I’m very much aware of my feet. The quiet lift of the heel, the bend of the knee, the extension of the toes and the clackety tap of shoe against ground. Following the serpentine path of the stone labyrinth, I take one step in front of the other, watching and listening to my feet. Tap, pause, tap, pause, tap. In between there’s a kind of wet silence. A misting of sound — birds stirring branches, the burble of water, a light breeze tumbling through the air.
Walking is intrinsic to our design. I’ve been doing it since I was a little over a year old. But this is somehow different. It’s intentional and unintentional. I’m bobbing and weaving between precise concentration and moments of complete spinning out, of controlling my mind and letting it roam free. Thoughts are summoned and dismissed. “Am I doing this right?” I find myself in self-doubt. I square my shoulders. I’m having to remind myself the simplest of things. Stand up tall. Put one foot in front of the other. Don’t sway from the narrow path. I stare at the travertine marble tiles as though my eyes are tethered to them, and another wave of self-doubt washes over me. Walking a stone labyrinth has that kind of effect.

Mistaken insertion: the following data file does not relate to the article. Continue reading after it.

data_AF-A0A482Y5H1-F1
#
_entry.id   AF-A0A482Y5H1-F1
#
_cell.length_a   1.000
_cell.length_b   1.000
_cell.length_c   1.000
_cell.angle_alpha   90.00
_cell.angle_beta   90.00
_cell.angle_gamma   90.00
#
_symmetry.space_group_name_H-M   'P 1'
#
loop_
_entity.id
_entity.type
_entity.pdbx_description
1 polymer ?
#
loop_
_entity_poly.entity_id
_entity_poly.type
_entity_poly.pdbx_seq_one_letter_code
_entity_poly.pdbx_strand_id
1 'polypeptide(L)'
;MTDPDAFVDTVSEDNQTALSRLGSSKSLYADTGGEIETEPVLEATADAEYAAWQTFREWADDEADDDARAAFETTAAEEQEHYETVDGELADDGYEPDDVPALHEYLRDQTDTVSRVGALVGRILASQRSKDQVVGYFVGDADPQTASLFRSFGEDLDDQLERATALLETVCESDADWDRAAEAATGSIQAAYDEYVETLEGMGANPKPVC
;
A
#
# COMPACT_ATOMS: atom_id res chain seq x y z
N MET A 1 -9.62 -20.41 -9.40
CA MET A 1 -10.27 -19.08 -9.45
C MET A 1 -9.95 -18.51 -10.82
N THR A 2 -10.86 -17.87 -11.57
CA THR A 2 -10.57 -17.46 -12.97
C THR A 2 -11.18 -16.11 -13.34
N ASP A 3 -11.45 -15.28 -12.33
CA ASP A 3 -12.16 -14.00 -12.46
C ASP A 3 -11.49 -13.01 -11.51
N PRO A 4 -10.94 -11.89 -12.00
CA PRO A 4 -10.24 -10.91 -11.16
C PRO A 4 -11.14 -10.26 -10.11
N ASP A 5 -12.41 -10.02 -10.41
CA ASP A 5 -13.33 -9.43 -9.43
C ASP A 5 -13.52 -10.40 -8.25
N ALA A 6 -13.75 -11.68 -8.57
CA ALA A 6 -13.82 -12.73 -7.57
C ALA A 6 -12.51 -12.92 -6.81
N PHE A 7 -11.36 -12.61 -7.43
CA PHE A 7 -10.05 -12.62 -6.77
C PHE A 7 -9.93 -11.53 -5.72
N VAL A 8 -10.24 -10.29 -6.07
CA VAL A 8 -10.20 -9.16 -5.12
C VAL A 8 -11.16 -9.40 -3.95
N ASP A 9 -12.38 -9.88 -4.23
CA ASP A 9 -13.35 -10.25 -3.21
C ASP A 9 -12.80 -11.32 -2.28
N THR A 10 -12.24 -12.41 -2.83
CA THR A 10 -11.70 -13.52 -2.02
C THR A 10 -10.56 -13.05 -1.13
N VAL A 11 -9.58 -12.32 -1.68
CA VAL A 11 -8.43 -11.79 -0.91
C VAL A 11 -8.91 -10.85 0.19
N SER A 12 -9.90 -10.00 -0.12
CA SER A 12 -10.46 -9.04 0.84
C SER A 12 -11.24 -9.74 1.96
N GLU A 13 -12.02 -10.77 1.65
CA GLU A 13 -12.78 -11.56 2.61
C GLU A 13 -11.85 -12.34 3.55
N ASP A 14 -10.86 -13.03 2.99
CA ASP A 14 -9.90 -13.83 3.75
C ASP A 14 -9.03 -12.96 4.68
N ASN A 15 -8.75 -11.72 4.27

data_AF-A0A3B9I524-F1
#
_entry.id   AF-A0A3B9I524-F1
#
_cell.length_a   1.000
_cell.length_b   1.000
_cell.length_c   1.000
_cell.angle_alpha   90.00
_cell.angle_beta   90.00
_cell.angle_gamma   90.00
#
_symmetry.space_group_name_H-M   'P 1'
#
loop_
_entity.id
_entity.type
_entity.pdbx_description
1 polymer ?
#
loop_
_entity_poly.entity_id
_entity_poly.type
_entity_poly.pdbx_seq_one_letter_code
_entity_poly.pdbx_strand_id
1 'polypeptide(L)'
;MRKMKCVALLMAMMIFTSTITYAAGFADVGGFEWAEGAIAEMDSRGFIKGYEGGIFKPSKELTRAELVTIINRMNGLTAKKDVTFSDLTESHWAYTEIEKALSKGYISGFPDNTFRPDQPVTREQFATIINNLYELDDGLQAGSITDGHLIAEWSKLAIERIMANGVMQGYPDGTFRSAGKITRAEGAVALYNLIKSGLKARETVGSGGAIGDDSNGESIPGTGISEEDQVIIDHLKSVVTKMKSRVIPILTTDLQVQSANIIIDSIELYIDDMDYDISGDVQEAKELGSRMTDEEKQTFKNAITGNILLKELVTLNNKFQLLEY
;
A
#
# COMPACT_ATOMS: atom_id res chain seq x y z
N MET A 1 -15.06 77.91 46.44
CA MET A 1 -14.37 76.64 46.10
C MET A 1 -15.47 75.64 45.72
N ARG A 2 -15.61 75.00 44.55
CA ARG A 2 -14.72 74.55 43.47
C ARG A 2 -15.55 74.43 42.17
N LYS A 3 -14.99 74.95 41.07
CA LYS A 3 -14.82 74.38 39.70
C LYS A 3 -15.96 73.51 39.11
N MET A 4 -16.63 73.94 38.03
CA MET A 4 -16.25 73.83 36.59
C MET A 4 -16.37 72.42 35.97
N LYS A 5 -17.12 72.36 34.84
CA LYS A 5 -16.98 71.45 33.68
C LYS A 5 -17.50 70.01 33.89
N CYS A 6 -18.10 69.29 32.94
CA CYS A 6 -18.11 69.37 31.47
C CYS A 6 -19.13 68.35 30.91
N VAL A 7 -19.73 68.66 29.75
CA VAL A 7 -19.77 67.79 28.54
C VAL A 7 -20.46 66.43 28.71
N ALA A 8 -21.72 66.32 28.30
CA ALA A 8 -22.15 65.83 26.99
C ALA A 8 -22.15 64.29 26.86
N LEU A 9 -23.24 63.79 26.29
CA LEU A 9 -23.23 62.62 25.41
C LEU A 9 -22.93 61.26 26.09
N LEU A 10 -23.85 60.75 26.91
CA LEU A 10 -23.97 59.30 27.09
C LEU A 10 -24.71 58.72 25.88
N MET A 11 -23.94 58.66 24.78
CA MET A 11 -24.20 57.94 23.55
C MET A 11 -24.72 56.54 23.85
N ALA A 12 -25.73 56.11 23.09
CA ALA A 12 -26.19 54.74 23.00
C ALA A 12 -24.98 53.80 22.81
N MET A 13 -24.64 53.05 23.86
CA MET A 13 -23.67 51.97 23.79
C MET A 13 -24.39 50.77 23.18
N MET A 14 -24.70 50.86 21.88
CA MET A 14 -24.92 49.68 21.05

The labyrinth has been around for some 4,000 years, appearing on everything from prehistoric rock art and ancient Greek coins to temple carvings in India. Unlike a maze, a labyrinth’s anatomy is unicursal (meaning, a singular line). It only has one path that twists and winds to the center and one way out. You don’t have to worry about hitting a dead end. You can’t take a wrong turn without realizing it. A labyrinth plays no tricks on you. This particular labyrinth is nestled in the Peace Awareness Labyrinth and Gardens — a gorgeous, sprawling property tucked away in the middle of Los Angeles. I’m here with Kim Watkinson, manager of the visitors program, who graciously agreed to give me a tour of the place. We’re walking the labyrinth together, though this must be her thousandths time.